LA.NET [EN]

Nov 08

Before using Code Contracts, you’ll probably already written several lines of validation code for testing requirements on your methods. I’ll keep using the Person class to illustrate some code that you might have before using the Code Contracts library. So, in the past, you might have something like this:

public class Person {
        private String _firstName;
        private String _lastName;
        public String FirstName {
            get { return _firstName; }
        }
        public String LastName {
            get { return _lastName; }
        }
        public void ChangeName(string firstName, string lastName) {
            if( firstName == null )
                    throw new ArgumentNullException("firstName");
            if( lastName== null )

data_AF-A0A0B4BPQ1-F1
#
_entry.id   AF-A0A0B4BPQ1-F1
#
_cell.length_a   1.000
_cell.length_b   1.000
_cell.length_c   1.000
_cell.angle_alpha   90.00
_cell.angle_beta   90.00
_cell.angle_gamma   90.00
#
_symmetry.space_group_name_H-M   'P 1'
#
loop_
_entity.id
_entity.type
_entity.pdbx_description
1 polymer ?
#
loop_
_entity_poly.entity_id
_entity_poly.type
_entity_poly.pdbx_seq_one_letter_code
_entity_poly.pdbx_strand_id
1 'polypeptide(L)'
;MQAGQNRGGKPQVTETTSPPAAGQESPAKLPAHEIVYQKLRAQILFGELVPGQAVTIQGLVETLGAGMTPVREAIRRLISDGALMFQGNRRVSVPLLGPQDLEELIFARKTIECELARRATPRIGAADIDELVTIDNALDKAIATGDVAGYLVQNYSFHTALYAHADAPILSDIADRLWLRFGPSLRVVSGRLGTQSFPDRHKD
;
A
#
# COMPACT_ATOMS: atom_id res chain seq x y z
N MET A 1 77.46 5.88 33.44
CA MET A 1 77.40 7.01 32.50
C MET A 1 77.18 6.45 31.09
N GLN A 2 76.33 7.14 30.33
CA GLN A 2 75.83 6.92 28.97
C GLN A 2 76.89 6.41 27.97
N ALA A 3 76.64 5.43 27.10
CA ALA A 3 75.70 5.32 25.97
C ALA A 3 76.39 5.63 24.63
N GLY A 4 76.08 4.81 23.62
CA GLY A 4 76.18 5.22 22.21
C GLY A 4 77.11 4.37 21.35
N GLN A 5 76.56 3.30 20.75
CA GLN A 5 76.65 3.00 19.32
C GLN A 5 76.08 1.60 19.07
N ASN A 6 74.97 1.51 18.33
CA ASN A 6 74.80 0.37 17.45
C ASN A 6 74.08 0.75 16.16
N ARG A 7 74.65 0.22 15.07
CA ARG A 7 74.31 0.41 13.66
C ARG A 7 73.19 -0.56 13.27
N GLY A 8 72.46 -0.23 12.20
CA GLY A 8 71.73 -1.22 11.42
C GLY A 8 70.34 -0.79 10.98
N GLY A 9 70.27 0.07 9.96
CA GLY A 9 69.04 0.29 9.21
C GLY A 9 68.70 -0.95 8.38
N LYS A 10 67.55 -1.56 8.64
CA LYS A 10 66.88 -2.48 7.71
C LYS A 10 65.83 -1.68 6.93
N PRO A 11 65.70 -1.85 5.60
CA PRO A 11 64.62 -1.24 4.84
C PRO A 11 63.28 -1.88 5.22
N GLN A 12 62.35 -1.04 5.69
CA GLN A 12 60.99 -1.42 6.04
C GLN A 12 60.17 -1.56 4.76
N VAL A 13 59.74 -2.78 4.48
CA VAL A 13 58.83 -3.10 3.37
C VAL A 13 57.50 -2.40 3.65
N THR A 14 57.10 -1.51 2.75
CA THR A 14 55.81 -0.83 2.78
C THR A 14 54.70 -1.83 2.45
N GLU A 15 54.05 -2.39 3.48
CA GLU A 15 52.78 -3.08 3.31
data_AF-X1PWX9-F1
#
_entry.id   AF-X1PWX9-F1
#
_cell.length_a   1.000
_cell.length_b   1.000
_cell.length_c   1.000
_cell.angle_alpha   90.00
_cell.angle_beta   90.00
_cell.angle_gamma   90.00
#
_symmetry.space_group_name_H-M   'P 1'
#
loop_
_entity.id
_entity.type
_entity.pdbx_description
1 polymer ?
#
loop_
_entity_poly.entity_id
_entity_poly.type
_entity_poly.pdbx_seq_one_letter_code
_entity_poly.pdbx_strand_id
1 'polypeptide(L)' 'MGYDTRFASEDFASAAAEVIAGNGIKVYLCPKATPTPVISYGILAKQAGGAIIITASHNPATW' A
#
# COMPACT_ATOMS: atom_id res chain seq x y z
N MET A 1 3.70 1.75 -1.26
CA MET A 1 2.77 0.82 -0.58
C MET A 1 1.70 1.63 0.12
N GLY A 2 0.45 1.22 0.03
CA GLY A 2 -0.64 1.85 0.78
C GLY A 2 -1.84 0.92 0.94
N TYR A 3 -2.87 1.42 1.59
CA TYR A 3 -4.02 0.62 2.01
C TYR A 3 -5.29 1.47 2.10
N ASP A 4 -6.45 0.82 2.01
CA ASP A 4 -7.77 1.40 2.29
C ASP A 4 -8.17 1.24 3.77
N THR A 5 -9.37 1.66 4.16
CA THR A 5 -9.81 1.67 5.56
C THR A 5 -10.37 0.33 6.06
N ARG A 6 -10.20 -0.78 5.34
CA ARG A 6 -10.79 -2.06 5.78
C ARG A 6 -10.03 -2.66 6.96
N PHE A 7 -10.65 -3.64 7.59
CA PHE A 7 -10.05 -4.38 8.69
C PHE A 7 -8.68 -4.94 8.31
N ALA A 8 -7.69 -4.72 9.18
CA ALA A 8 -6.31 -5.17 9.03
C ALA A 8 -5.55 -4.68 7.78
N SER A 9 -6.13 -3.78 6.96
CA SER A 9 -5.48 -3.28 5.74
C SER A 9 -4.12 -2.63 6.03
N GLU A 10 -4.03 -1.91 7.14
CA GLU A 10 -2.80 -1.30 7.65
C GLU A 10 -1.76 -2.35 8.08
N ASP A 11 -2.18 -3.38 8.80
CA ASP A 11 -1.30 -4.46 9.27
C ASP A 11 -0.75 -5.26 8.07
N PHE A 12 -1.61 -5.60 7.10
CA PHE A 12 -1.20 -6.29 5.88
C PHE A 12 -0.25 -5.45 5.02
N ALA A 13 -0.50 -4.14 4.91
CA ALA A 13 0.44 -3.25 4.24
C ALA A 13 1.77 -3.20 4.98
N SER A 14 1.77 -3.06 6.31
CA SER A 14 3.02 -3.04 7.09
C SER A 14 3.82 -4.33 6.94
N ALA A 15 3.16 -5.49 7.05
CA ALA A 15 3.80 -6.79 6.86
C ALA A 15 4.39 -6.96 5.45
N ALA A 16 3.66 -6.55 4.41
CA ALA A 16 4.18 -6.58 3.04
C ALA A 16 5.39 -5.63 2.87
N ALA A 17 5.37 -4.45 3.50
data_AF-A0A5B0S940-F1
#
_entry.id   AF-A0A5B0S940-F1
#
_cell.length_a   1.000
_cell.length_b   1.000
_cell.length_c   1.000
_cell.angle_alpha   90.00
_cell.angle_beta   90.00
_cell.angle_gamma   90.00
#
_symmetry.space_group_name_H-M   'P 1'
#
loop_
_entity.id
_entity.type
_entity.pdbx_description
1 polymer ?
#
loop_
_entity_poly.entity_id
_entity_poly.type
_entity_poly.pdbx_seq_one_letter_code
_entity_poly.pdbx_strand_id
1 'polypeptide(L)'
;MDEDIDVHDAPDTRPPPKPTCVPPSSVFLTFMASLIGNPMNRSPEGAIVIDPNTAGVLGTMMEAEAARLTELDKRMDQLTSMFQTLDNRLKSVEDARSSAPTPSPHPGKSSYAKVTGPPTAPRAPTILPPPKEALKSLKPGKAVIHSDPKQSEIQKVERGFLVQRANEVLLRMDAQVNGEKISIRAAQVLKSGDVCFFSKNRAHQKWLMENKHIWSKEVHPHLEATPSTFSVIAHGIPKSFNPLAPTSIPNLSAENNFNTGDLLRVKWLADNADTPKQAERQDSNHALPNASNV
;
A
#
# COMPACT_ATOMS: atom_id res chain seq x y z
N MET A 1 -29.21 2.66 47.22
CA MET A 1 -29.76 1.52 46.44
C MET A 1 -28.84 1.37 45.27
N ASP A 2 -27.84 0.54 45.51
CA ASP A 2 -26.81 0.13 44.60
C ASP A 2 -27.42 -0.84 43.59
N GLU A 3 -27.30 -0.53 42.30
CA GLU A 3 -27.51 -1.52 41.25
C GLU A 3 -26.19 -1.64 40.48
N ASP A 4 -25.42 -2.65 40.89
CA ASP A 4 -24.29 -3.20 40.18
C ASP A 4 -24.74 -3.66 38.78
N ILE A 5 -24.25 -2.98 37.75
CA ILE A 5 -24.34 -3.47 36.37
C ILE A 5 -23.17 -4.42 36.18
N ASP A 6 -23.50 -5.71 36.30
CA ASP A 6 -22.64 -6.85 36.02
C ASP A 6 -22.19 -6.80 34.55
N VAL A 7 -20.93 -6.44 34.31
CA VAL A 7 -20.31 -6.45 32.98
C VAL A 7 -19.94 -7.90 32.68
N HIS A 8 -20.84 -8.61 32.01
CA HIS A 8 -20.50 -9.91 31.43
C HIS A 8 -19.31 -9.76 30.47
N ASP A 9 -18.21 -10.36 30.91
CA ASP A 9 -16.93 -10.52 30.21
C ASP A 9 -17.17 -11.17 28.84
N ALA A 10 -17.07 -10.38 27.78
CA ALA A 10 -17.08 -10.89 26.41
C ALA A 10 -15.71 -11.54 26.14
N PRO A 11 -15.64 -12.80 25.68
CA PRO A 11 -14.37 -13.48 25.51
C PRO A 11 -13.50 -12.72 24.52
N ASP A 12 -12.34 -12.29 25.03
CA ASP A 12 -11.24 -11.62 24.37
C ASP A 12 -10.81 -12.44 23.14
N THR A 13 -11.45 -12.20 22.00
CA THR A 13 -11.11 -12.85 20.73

throw new ArgumentNullException("lastName");
            _firstName = firstName;
            _lastName = lastName;
        }
}

Now, the first thing you could do is port your code and replace those if-then-throw statements with calls to CodeContracts.Requires method. That might be quite a bit of work! The good news is that if your code is located at the beginning of the method’s body and is similar to the previous example (ie, it’s in the form of if-then-throw), then you can simply add one line of code to the bottom of those tests and you’ll get all the benefits associated with the direct usage of Code Contracts’s methods. Here’s the changes needed for the previous method:

public void ChangeName(string firstName, string lastName) {
    if( firstName == null )
          throw new ArgumentNullException("firstName");
    if( lastName== null )
          throw new ArgumentNullException("lastName");
    CodeContract.EndContractBlock();
    _firstName = firstName;
    _lastName = lastName;
}

Now, if you try writing the following snippet:

var p = new Person();
p.ChangeName(null, null);

You’ll get a warning at compile time. And that’s it for today. More about this on future posts. Keep tuned.

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